Death for child rape: unthinking populism

The passage of a bill by parliament prescribing death penalty for rape of girl children is again a sign of populist politics gaining over reason and good sense. The wrong notion that it is important to prescribe increasingly harsher punishments to keep crime in check has gained ground in recent years and so provisions for bigger fines, longer jail terms and death sentence for more offences are being incorporated into the law. The criminal law amendment bill replaced an ordinance which had been issued after the national outcry over the rape and murder of a minor girl in Kathua in Jammu and Kashmir in January. The amendment has also prescribed shorter time limits for investigation, trial and appeal in cases of rape of children. This is fine and necessary, but implementation may be a challenge. However, putting the death penalty in the statute is without merit and is likely to become counterproductive. 

During the debate on the bill, some MPs expressed concern over the implications and consequences of its extremely harsh provisions. These provisions, especially the death sentence, may pose a danger to the life of the victim because the rapist may kill the child to eliminate evidence. They may also result in fewer cases being reported because the culprits are often family members or are known to the family. A similar bill which was introduced in Myanmar parliament did not pass muster on these grounds. There is no special provision for death penalty for rape of minors even in countries where capital punishment exists. There is also no logic in awarding different punishments on the basis of the age of the victim. The amended law does not award the same punishment to those convicted for rape of minor boys, though the Protection of Children from Sexual Offences (Pocso) law is gender-neutral. Many MPs wanted the bill to be scrutinised by a select committee but the government was in a hurry to show it stood strong against heinous crimes. The minister of state for home Kiren Rijiju said that the government wanted to ensure the safety of the girl child and so wanted the bill to be passed immediately. Unfortunately, it may have the opposite effect.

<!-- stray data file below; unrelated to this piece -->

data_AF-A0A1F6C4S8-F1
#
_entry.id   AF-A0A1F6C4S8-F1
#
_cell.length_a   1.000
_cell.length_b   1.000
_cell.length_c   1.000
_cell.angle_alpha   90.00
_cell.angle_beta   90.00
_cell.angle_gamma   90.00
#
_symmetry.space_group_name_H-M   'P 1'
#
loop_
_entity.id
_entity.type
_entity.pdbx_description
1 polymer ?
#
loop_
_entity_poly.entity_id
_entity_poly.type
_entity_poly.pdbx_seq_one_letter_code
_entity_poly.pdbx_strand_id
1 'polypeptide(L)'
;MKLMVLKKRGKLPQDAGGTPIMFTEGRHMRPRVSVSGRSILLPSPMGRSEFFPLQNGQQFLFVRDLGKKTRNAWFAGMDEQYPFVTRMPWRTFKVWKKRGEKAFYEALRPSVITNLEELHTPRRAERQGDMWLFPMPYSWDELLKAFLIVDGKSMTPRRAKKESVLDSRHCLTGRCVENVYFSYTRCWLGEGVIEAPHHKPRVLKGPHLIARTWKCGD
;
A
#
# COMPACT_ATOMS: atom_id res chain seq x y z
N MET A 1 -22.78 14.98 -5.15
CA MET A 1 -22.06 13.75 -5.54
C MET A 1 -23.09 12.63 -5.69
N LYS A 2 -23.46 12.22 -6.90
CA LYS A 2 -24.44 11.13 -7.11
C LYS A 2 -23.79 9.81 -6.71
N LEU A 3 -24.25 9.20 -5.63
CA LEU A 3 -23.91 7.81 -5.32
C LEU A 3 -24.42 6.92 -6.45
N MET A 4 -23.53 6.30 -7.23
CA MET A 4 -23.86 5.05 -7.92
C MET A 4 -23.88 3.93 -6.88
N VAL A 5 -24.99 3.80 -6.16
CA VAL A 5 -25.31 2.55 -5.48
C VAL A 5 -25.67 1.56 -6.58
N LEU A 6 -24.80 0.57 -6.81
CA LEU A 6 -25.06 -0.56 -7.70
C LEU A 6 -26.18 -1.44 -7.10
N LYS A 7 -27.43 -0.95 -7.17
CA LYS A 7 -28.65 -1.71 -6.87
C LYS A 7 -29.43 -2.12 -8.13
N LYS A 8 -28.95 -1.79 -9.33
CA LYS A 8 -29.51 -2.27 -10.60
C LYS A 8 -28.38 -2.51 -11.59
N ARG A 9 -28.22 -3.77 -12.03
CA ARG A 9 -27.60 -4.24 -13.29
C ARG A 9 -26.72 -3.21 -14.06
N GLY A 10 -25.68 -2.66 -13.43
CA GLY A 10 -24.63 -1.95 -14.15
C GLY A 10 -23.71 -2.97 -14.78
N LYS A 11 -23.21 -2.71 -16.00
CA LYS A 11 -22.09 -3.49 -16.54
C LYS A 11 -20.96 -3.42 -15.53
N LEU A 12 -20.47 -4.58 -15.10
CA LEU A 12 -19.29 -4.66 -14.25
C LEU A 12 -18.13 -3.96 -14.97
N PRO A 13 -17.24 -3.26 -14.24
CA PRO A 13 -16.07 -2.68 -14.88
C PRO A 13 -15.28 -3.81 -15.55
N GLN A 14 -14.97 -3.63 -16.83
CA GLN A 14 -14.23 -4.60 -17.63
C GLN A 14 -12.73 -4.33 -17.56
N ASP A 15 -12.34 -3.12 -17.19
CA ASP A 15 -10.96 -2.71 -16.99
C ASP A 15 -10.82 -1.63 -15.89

Every valid argument against the death sentence is applicable to this unwise measure, too, perhaps to a greater extent. Extreme punishment is no deterrent against any crime, including rape. Death sentence is primitive and barbarian, based on the notion of an eye for an eye, which should have no place in a civilised and enlightened system of justice. Justice aims for reformation, not retribution, however heinous the crime is. No government should assume the power to take away the right to life, which is the most basic human right. 

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Death for child rape: unthinking populism

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